A plume of molten rock rising from deep beneath Yellowstone National Park is probably what is fueling the region's volcanic activity, as well as tectonic plate oddities across the Pacific Northwest, new research suggests.
Building on a growing body of evidence, Mathias Obrebski of the University of California, Berkeley, and his colleagues created the most convincing picture to date of — one that extends from about 621 miles (1,000 kilometers) below the surface of the Earth.
Debates have long been waged over whether erupting and shaking in the area over the last few millions of years — and a track marked out by a chain of volcanic calderas along the Yellowstone Snake River Plain in Idaho — could be the work of a column of hot rock rising up from deep within the . The mantle is the layer of hot, viscous rock beneath the planet's crust.
The very existence of such is doubted by some scientists.
"They are extraordinary features, in size and in the fact that they travel upward through the whole mantle in solid form," said Vic Camp of San Diego State University, who was not involved in the new study. "It's a really simple idea to explain a number of different phenomena on Earth. But the simple idea was very difficult to test."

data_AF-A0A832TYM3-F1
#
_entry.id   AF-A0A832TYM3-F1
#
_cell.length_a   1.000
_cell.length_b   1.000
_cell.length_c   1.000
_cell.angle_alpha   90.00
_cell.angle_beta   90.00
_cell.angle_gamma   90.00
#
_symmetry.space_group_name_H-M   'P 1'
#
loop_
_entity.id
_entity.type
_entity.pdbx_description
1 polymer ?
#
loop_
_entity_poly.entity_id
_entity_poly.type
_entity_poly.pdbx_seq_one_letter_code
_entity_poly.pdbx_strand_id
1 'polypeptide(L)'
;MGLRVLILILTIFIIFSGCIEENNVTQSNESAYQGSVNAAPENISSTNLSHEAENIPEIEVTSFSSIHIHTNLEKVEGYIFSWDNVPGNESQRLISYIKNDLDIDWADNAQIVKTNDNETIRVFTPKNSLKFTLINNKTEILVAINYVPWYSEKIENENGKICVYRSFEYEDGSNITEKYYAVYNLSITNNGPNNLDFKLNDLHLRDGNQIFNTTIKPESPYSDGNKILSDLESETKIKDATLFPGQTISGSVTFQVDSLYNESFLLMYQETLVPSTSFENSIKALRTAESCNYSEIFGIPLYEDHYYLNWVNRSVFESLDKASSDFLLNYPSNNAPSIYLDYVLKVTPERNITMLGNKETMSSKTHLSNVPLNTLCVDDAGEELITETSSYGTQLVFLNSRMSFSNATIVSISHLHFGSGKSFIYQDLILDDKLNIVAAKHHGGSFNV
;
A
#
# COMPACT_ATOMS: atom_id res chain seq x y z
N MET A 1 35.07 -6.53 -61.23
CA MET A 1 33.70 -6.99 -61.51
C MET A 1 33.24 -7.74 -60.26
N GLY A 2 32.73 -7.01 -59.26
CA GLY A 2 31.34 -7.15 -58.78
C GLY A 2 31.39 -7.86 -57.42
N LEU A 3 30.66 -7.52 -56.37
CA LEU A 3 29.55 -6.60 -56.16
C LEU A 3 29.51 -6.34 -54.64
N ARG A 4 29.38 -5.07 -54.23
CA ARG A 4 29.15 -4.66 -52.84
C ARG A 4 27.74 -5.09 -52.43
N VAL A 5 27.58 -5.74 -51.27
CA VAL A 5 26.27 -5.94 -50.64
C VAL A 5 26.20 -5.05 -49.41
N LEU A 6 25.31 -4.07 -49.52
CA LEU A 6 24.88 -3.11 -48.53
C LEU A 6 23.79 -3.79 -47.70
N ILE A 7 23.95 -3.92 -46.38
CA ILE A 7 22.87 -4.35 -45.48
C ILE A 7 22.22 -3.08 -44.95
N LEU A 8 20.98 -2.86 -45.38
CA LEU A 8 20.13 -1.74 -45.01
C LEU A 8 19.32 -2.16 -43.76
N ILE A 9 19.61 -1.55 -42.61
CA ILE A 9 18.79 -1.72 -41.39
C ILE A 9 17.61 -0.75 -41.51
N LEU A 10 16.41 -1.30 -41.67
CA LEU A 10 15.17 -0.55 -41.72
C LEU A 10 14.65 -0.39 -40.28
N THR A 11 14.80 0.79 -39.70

"Chemical and physical volcanology evidence suggested a plume, but this is the first seismic proof," Camp told OurAmazingPlanet.
Obrebski's team used data from a new, dense deployment of seismometers, called the Earthscope USArray, to get a high-resolution image of the once-elusive mantle, along with information on the unusual structure of the subducting Juan de Fuca slab to its west. The Juan de Fuca plate is a small tectonic plate jammed in between the much larger Pacific and North American plates.
Much like an MRI scan of a human body, seismometers' antennas capture seismic waves of earthquakes traveling through the earth from various directions. The waves' speeds provide hints of the materials and temperatures they pass through, informing the resulting 3-D image, explained Robert Smith of the University of Utah, who wasn't involved in the new research but whose group had recently imaged Yellowstone's mantle plume down to about 372 miles (600 km).
The plume is thought to be more or less stationary, with the — and the Juan de Fuca subducting beneath it — slowly sliding southwesterly over the plume. So what is now Oregon probably sat where Yellowstone is today about 17 million years ago, baking and breaking over a hot plume of rock, Camp said.
Obrebski said in an interview: "There's been subduction in the [Oregon] region for more than 150 million years, so we'd expect to see a large continuous slab. But what we see are just fragments."
The location of those pieces, he added, suggests that the slab and the plume are tightly related.
The findings were detailed in the July 22 edition of the journal Geophysical Research Letters.
These observations may also help explain the unusual lack of deep seismology in the Pacific Northwest, and perhaps shed light on some larger mysteries. "If you look at the mass extinctions on Earth," Camp said, "we think that a few may have been associated with eruptions from mantle plumes."